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Three-part series about trains crossing borders in India, Nepal, Bangladesh and Pakistan, reconnecting families, cultures and history
|S01E01||The Maitree Express||12/03/2015||Filmed during the holy month of Ramadan, this is a journey from India into Bangladesh on a train that reunites the region of Bengal. Partitioned in 1947, Bengal was divided in half, creating East Pakistan - a satellite state ruled by Pakistan. It was an unwelcome occupation. In 1971 they fought a war of independence and East Pakistan became the People's Republic of Bangladesh. 37 years later, the first train ran between India and Bangladesh - the Maitree Express. Maitree means friendship. It takes 12 hours to make the 392km journey from Kolkata to Dhaka, and staffing on the train is almost the same on both sides of the border. They speak the same language, share a history, and they all love fish. Amirul, once a freedom fighter in the war of independence, now plays announcements and religious tapes on the Maitree. Aalo supports his family by selling chocolates on the train but has a problem with the 30-degree heat. Sixteen-year-old Abdullah ran away from home and a madrasa. Now he sells papers on Dhaka's trains and platforms, hoping for a brighter future. Gautam Bannerjee is a guard on the Maitree and a respected astrologer. Can his calculations foretell the future? Urmi Rahman, a writer, was born in Bangladesh, married an Indian and lives in Kolkata, but she is very clear about her identity. Krishendu Basu is happy with his life. Not only a guard, he is also a tabla player, photographer and self-confessed foodie. But music is his passion. These stories of people who work, travel or depend on the Maitree Express take us on a journey through history, sharing their hopes, needs and desires - on India's frontier railways.|
|S01E02||The Last Train in Nepal||19/03/2015||In 1927 a British civil servant drew a line on a map to define the border between their Indian empire and the kingdom of Nepal. Today, that border line is only marked by a chain of boundary stones and pillars - it's a border that is almost invisible. This is the story of an international railway line. It runs for twenty miles from the little-known town of Janakpur in Nepal and crosses over the border to Jaynagar junction in India. But now the last train in Nepal is under threat of closure. Starved of funds from central government, the train and the track are in a dilapidated state. Derailments are common and the engine often breaks down. Yet it's a lifeline both for the community and the railway workers - their little train is held together with determination, invention and love. Regina is strong, independent Nepali woman, married at 12 and pregnant at 13. Deserted by her husband, she's now a single mother of two teenage boys. She makes a living as a smuggler of small household goods. But it's illegal, so even when the train is running there's always the chance of getting caught. Aarman is a ticket collector in Janakpur station. Married with three small children he's the sole breadwinner for an extended family and he hasn't been paid for three months. Already deeply in debt, he wanted to send his kids to school, but if the line closes he's out of job - and no job means no money. This is the story of the last train in Nepal and the community and railway workers who struggle every day to keep their train and their hopes alive.|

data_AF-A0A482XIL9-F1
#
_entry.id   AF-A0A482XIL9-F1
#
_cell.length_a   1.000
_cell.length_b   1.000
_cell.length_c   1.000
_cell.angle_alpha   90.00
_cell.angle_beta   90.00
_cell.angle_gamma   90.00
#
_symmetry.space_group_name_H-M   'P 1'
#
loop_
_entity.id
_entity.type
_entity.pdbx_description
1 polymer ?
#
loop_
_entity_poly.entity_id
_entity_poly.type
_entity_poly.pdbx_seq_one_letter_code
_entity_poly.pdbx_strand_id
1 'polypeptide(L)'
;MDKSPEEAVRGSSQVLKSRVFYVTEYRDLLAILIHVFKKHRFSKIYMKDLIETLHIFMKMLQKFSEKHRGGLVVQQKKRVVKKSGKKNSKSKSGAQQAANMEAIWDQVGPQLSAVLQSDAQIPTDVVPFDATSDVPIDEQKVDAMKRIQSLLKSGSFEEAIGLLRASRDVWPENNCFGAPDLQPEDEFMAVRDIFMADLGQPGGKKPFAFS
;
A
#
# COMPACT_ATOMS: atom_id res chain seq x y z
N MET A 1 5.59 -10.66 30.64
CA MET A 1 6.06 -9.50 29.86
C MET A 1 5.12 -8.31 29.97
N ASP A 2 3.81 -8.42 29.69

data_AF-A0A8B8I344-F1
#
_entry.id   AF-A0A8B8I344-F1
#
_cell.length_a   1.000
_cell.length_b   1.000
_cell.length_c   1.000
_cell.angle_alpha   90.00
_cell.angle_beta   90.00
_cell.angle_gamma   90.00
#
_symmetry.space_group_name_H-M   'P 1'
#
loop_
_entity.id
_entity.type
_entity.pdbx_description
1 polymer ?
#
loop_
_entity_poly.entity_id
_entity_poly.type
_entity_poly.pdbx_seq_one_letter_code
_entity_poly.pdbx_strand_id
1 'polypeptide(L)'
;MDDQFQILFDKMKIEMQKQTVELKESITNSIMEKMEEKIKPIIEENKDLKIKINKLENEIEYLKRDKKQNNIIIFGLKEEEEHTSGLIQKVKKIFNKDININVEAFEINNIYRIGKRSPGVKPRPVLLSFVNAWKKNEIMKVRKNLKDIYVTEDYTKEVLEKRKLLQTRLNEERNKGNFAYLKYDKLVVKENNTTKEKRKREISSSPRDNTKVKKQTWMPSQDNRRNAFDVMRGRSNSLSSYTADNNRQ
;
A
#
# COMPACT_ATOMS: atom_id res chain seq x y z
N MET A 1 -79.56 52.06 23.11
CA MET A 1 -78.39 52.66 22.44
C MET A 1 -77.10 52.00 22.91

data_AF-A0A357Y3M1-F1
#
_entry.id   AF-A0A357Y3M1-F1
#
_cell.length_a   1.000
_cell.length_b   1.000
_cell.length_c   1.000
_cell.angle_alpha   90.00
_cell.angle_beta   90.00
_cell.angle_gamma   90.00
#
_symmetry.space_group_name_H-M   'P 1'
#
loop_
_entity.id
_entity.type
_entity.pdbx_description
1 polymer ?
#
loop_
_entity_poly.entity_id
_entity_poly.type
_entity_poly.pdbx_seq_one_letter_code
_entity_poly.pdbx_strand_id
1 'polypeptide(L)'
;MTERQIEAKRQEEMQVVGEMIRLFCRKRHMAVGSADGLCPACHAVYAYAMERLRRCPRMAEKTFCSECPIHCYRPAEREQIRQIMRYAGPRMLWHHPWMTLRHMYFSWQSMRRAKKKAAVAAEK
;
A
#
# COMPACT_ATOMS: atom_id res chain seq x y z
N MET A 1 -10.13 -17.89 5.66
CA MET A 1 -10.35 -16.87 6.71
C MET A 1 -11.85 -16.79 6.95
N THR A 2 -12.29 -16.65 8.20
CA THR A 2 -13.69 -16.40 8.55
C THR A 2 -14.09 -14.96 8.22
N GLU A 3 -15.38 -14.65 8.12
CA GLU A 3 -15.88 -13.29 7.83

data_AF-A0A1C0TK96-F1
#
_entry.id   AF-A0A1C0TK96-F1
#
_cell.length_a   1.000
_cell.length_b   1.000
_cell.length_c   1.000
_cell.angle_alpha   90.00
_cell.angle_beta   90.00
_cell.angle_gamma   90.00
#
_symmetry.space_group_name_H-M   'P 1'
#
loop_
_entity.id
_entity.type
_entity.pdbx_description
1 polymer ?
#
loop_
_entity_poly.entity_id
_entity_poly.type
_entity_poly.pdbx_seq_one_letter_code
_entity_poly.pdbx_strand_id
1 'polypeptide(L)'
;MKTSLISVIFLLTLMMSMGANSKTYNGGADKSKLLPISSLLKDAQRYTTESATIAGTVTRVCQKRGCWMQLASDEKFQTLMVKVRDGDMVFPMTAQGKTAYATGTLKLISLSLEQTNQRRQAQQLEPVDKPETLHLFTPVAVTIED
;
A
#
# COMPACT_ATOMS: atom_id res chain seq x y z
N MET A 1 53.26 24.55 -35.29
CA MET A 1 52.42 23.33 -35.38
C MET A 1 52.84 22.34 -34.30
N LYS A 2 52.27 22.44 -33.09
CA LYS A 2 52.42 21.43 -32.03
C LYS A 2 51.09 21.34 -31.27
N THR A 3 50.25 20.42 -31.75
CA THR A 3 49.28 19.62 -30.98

|S01E03||The Samjhauta Express||26/03/2015||Freedom came to the sub-continent in August 1947. The British hastily partitioned British India before they left. Independence was attended by a million deaths and 14 million people were displaced. Yet despite three wars, Pakistan and Indian railways have established a cross-border train, known as the Samjhauta Express - Samjhauta meaning agreement. Amongst the passengers on the Samjhauta Express from Lahore to Delhi are Bilal and his father Abiz. 17-year-old Bilal was the victim of an accident which damaged his eye. Unable to source the right treatment in Pakistan, father and son trawled the internet and finally found a suitable clinic. But it was in India. They have never stepped outside Pakistan so they are a little nervous. Will they be successful in getting Bilal's eye treated? Also on the train is Rahat Khan, the hockey queen. She's a Pakistan international and a railway hockey champion. She's travelling with her Pakistan girls' hockey team to play a match in India. But not eveything goes to plan. For the Sikh community the Punjab is home. The golden temple of Amritsar is the holy of holies. But each year, on Guru Nanak's birthday, the railway runs special trains across the border to the guru's birthplace in Pakistan, despite the security concerns.|